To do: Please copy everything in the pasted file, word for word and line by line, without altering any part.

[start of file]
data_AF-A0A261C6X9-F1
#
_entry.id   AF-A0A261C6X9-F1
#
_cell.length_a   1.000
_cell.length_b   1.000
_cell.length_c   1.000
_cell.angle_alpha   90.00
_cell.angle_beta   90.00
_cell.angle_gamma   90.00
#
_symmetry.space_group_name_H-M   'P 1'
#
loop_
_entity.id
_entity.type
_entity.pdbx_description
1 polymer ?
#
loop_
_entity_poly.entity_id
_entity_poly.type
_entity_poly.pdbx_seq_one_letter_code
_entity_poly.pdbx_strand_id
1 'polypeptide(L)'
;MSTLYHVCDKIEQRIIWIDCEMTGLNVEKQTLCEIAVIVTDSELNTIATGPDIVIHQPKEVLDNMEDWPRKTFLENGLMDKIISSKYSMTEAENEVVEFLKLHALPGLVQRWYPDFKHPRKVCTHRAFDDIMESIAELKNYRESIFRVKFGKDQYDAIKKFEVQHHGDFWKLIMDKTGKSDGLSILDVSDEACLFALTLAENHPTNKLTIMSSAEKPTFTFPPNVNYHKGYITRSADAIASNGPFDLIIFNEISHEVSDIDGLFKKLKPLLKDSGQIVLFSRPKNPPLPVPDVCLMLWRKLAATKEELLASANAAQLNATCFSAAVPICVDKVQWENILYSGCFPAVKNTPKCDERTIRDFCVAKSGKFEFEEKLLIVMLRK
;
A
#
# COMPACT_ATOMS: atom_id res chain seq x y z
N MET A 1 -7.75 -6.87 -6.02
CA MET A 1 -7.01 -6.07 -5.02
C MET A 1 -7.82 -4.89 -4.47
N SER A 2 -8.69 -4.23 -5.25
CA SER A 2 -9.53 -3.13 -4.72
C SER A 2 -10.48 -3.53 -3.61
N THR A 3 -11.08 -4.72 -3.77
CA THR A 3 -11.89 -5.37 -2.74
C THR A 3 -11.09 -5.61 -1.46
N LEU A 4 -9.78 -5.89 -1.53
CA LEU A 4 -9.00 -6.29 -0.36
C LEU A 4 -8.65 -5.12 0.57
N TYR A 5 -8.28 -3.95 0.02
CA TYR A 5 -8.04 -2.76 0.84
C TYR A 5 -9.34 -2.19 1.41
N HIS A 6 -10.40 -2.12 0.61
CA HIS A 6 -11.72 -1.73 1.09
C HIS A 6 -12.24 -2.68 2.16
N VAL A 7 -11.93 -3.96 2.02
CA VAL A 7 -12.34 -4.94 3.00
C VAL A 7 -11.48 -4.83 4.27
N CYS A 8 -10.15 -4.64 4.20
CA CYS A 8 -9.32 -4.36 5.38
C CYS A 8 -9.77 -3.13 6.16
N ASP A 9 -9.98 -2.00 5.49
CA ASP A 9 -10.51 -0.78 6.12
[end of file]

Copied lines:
data_AF-A0A261C6X9-F1
#
_entry.id   AF-A0A261C6X9-F1
#
_cell.length_a   1.000
_cell.length_b   1.000
_cell.length_c   1.000
_cell.angle_alpha   90.00
_cell.angle_beta   90.00
_cell.angle_gamma   90.00
#
_symmetry.space_group_name_H-M   'P 1'
#
loop_
_entity.id
_entity.type
_entity.pdbx_description
1 polymer ?
#
loop_
_entity_poly.entity_id
_entity_poly.type
_entity_poly.pdbx_seq_one_letter_code
_entity_poly.pdbx_strand_id
1 'polypeptide(L)'
;MSTLYHVCDKIEQRIIWIDCEMTGLNVEKQTLCEIAVIVTDSELNTIATGPDIVIHQPKEVLDNMEDWPRKTFLENGLMDKIISSKYSMTEAENEVVEFLKLHALPGLVQRWYPDFKHPRKVCTHRAFDDIMESIAELKNYRESIFRVKFGKDQYDAIKKFEVQHHGDFWKLIMDKTGKSDGLSILDVSDEACLFALTLAENHPTNKLTIMSSAEKPTFTFPPNVNYHKGYITRSADAIASNGPFDLIIFNEISHEVSDIDGLFKKLKPLLKDSGQIVLFSRPKNPPLPVPDVCLMLWRKLAATKEELLASANAAQLNATCFSAAVPICVDKVQWENILYSGCFPAVKNTPKCDERTIRDFCVAKSGKFEFEEKLLIVMLRK
;
A
#
# COMPACT_ATOMS: atom_id res chain seq x y z
N MET A 1 -7.75 -6.87 -6.02
CA MET A 1 -7.01 -6.07 -5.02
C MET A 1 -7.82 -4.89 -4.47
N SER A 2 -8.69 -4.23 -5.25
CA SER A 2 -9.53 -3.13 -4.72
C SER A 2 -10.48 -3.53 -3.61
N THR A 3 -11.08 -4.72 -3.77
CA THR A 3 -11.89 -5.37 -2.74
C THR A 3 -11.09 -5.61 -1.46
N LEU A 4 -9.78 -5.89 -1.53
CA LEU A 4 -9.00 -6.29 -0.36
C LEU A 4 -8.65 -5.12 0.57
N TYR A 5 -8.28 -3.95 0.02
CA TYR A 5 -8.04 -2.76 0.84
C TYR A 5 -9.34 -2.19 1.41
N HIS A 6 -10.40 -2.12 0.61
CA HIS A 6 -11.72 -1.73 1.09
C HIS A 6 -12.24 -2.68 2.16
N VAL A 7 -11.93 -3.96 2.02
CA VAL A 7 -12.34 -4.94 3.00
C VAL A 7 -11.48 -4.83 4.27
N CYS A 8 -10.15 -4.64 4.20
CA CYS A 8 -9.32 -4.36 5.38
C CYS A 8 -9.77 -3.13 6.16
N ASP A 9 -9.98 -2.00 5.49
CA ASP A 9 -10.51 -0.78 6.12